Self Assessment Tax Returns: other taxpayer obligations: requirement to keep records on which Return is based
Taxpayer must keep and preserve records relevant to tax liability
Under Self Assessment taxpayers are required both to keep and preserve the records needed to make a correct and complete tax return for any period.
It is virtually impossible to produce an accurate return of profit without keeping records of one sort or another. Many taxpayers already keep records, often for business management purposes and general reasons of prudence, if not specifically for tax purposes. But the formal requirement to keep records discourages taxpayers who might otherwise choose not to keep or retain records of an adequate standard in the hope that HMRC would then only have evidence to support a relatively low estimate of profits made.
Period for which records must be kept
Section 12B(1)(b) & (2)
Where a notice to file is issued at the normal time the relevant records must be kept until the later of:
- the date on which a formal enquiry into the tax return is treated as complete (see SALF500)
- the date on which it becomes impossible for any such formal enquiry to be started
- in the case of a taxpayer with a business the fifth anniversary of the 31 January next following the year of assessment (the five-year time limit applies to all records, not simply the business records)
- in any other case, the first anniversary of 31 January next following the year of assessment.
Where a notice to file is issued after the normal time, but before:
- the fifth anniversary of the 31 January next following the year of assessment (in the case of a taxpayer with a business))
- the first anniversary of 31 January next following the year of assessment (in any other case),
the record keeping requirement is the same as that in the first paragraph of Period for which records must be kept above.
But where the notice to file is not issued until after the dates given in the second paragraph of Period for which records must be kept above the record- keeping requirement only extends to those records still in the taxpayer’s possession at the time the notice to file is received. These will be the only records, if any, that the taxpayer uses to complete the tax return. Any such records must then be kept until the later of:
- the date on which a formal enquiry into the tax return is treated as complete
- the date on which it becomes impossible for any such formal enquiry to be started.
For example, most employees are correctly taxed under PAYE and do not need to be issued with notices to file a tax return each year. Where, exceptionally, an employee is issued with a notice to file a tax return after the first anniversary of 31 January next following the year of assessment concerned he or she would only be expected to retain those records used when completing the tax return.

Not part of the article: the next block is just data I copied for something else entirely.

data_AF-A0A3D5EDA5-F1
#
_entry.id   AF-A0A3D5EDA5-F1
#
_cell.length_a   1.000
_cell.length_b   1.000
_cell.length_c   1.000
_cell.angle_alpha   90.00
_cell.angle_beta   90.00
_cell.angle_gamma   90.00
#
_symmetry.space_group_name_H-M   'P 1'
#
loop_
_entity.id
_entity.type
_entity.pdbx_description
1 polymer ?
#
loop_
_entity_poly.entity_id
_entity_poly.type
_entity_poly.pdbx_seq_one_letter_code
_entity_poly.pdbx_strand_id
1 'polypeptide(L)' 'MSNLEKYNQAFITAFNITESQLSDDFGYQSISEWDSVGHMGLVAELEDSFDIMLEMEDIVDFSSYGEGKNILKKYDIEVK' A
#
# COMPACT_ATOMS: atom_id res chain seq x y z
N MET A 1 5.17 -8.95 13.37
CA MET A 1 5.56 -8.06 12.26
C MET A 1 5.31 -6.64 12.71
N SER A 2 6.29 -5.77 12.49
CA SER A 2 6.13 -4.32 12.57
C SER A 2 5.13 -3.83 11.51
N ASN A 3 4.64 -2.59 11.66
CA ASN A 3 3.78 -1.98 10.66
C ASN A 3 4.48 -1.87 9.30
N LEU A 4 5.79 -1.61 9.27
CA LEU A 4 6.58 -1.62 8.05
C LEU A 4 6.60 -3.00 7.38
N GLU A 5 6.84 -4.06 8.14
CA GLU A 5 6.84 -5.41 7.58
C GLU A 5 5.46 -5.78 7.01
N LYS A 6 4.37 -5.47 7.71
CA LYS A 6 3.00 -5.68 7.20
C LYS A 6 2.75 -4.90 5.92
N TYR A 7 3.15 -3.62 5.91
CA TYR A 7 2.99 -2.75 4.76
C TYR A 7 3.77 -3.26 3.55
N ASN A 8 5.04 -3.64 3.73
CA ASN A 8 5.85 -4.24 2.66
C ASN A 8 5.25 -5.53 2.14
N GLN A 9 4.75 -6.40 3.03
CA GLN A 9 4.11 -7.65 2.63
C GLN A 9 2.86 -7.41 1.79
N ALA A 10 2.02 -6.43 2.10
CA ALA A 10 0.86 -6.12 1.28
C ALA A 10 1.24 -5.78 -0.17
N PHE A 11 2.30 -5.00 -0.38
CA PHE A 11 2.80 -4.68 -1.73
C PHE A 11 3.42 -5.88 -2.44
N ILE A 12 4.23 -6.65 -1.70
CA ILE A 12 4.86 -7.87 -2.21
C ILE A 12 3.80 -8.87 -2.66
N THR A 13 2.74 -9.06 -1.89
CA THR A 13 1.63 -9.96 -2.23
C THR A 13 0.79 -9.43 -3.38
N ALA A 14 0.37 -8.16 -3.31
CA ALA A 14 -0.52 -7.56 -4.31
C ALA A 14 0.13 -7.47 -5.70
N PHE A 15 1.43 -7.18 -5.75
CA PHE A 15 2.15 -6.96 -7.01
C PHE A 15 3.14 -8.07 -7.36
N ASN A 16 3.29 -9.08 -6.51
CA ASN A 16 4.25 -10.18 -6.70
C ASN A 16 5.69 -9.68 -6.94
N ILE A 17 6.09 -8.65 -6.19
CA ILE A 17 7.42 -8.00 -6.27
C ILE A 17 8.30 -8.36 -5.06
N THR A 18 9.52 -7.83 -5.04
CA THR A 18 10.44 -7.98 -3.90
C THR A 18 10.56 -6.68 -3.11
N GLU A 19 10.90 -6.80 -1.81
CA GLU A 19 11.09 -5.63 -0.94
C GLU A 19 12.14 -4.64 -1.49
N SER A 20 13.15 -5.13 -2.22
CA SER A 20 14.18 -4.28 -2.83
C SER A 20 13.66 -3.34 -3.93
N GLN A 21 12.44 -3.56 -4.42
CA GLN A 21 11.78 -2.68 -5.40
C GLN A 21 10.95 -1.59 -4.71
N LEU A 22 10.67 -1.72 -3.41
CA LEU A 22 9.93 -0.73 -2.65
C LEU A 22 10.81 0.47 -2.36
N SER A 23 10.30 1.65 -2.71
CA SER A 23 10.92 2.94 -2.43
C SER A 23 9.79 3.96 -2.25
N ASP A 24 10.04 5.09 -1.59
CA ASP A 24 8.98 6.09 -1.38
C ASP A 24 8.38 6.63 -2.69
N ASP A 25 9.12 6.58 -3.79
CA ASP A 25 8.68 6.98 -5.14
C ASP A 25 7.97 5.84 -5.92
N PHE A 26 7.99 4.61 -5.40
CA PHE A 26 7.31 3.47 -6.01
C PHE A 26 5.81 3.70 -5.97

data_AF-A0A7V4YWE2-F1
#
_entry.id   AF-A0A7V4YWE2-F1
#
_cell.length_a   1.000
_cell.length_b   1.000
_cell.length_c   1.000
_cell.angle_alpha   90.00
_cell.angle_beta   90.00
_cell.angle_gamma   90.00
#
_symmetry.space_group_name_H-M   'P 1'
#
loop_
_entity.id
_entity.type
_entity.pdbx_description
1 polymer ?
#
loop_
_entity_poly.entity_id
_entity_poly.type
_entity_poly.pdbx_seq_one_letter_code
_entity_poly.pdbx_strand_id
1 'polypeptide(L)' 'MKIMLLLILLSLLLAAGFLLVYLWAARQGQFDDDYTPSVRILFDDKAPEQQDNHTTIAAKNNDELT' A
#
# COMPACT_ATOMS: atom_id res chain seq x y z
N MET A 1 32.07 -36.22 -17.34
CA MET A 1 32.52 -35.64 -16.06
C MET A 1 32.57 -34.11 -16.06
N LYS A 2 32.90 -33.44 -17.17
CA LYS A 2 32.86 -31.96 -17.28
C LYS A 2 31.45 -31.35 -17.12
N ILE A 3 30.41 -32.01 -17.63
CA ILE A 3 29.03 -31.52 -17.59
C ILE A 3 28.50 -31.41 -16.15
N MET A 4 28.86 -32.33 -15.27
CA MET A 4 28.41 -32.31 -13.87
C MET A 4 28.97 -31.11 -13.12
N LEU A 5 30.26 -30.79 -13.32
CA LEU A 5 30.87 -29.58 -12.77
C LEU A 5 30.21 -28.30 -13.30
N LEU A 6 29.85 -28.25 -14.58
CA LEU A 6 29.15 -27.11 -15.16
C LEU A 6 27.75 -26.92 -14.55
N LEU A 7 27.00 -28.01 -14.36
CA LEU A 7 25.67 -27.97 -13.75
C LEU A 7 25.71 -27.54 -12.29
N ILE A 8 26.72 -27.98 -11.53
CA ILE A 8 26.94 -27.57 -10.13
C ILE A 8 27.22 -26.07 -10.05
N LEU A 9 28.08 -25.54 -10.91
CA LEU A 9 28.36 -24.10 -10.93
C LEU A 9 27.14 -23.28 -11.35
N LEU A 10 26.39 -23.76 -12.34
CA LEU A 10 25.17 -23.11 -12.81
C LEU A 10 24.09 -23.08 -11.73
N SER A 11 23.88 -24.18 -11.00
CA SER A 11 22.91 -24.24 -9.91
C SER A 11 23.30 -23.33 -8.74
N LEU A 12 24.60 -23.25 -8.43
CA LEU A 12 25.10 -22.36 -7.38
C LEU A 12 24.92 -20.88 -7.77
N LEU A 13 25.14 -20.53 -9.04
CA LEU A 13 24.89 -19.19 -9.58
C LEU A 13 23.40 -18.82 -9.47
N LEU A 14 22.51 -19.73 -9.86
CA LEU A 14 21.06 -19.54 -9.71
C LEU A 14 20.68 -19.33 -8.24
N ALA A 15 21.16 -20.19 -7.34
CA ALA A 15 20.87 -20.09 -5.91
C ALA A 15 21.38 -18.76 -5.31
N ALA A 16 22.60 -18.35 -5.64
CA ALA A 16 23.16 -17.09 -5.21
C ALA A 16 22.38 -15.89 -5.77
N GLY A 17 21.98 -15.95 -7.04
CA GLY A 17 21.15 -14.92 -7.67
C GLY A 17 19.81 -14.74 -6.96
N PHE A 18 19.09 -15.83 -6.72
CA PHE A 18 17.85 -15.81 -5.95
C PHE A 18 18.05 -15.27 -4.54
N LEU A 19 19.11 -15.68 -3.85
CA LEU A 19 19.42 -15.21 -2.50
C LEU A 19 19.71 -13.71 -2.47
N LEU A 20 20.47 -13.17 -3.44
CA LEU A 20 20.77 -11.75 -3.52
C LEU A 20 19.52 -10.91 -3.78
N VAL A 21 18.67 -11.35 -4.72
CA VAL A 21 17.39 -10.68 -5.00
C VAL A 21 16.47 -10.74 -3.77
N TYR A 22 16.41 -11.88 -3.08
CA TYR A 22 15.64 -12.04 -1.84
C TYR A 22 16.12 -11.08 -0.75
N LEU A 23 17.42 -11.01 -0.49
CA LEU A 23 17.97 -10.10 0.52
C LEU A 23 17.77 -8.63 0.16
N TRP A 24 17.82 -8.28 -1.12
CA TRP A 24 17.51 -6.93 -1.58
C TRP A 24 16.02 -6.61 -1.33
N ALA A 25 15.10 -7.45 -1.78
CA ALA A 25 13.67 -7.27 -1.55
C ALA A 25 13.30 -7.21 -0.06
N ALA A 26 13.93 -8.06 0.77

Business records to be kept
Section 12B(3) & (6)
In the case of a business (including the business of letting a property) the records that must be kept include records of:
- all receipts and expenses
- all goods purchased and sold
- all supporting documents relating to the transactions of the business, that is accounts, books, deeds, contracts, vouchers and receipts (and computer records - FA08/S114).
Other records to be kept
There are no specified rules for other sources of income other than the general requirement to make a complete and correct tax return. But typically taxpayers are expected to keep evidence of the income that they have received, such as bank statements or dividend vouchers. Employees need to keep their P60s and evidence of the taxable benefits they have received. Where someone returns a chargeable gain (or loss) they need to keep all the records relating to the asset in question and the calculation of the gain (or loss) on its disposal.
Records may be preserved as copies of the originals
Section 12B(4) and (4A)
Providing all the original information is retained, it may be retained in a form other than the original documents. This allows original documents to be retained as copies, including copies maintained in electronic form on computer-based optical imaging systems, providing the images that are retained are complete and full copies.
There are exceptions to the general rule in the paragraph above and certain original documents must be retained (section 12B(4A)). This includes certificates of tax deducted and vouchers showing tax credits.
Penalty for failure to keep records as required
A penalty of up to £3,000 may be charged for each failure to keep or to preserve adequate records in support of a tax return.
Where record keeping failures come to light during the course of HMRC enquiries, they are likely to be a factor to be taken into consideration in determining the extent to which any penalties are to be abated in respect of other offences, for example, where incorrect accounts have been submitted and a penalty is sought under Schedule 24 FA 2007. A penalty under Section 12B(5) will normally be sought only in serious cases, for example, where there has been a history of record-keeping failures or records have been destroyed deliberately to obstruct an enquiry. The amount of any penalty will depend on the nature of the offence.
The taxpayer has the right of appeal against the determination of any such penalty.
Failure to keep records on which a claim is based
Where a particular claim, election or notice is made in a tax return any failure to retain the records relating to that claim etc falls within the terms of Section 12B(5), but where the claim etc is made independently of a tax return then a failure to retain the relevant records falls within the terms of Schedule 1A (see SALF600).